A handful of orcas frolicked and fished along the coast, and were spotted near Oak Bay Marina through to McNeill Bay over a handful of hours Sunday evening.
Many captured videos in the latest trend of land-based whale watching. Several boats were also in the area.
Reports are frequent from both ship and shore this time of year. By noon Monday (Aug. 29), the Pacific Whale Watch Association operators had already spotted six different groups of Bigg’s killer whales throughout the Salish Sea.
The area has been home to injured and captive orca in the past.
In 1977, the saltwater pool at the original Oak Bay Beach Hotel was briefly home to an injured young orca from Nanaimo. Dubbed Miracle, it stayed six months before being relocated to nearby Sealand of the Pacific at what is now Oak Bay Marina.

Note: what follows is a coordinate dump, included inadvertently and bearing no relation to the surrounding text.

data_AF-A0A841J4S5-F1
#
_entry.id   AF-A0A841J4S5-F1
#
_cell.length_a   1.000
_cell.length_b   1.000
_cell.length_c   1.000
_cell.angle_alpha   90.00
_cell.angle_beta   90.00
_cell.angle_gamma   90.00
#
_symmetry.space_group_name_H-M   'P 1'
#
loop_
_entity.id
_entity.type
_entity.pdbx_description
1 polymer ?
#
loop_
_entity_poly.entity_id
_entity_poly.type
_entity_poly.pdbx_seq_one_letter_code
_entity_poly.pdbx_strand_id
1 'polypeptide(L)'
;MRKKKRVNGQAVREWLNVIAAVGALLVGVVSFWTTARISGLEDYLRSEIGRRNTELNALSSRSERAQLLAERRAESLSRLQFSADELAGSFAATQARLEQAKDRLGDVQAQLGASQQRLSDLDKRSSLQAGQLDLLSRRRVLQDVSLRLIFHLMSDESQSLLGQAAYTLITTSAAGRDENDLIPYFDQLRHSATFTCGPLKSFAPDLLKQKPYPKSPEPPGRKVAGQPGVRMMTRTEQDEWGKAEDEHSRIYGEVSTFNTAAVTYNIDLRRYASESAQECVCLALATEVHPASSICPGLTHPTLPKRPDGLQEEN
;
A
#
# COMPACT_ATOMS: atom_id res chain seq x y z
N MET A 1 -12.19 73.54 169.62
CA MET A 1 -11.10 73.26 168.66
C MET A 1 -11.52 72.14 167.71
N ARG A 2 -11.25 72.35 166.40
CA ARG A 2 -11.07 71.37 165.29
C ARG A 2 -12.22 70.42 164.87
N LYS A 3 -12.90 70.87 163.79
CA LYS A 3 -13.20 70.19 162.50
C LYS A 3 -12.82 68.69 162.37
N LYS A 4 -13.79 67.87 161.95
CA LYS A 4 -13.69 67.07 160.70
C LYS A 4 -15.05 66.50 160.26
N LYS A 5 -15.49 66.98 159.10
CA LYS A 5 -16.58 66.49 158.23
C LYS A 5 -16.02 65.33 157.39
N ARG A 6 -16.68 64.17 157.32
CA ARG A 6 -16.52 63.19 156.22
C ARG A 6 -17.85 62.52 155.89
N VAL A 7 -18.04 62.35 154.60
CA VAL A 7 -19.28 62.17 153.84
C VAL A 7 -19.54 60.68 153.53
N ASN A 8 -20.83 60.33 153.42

Sealand was most famous for its killer whales and the controversy of whales in captivity, including the 1991 death of trainer Keltie Byrne in the whale tank.
Miracle died in captivity in the early 1980s and the Oak Bay attraction closed in 1992.
Now, the wild whales keep active through the Salish Sea. Earlier this year, Greater Victoria scored a new record with 72 whales spotted in one day.
Those at sea in B.C. are reminded to stay at least 100 metres from humpbacks, gray whales, and minke whales and 200 metres from whales if they appear to be resting or have a calf. Boaters must remain 400 metres from all killer whales between Campbell River and Ucluelet.
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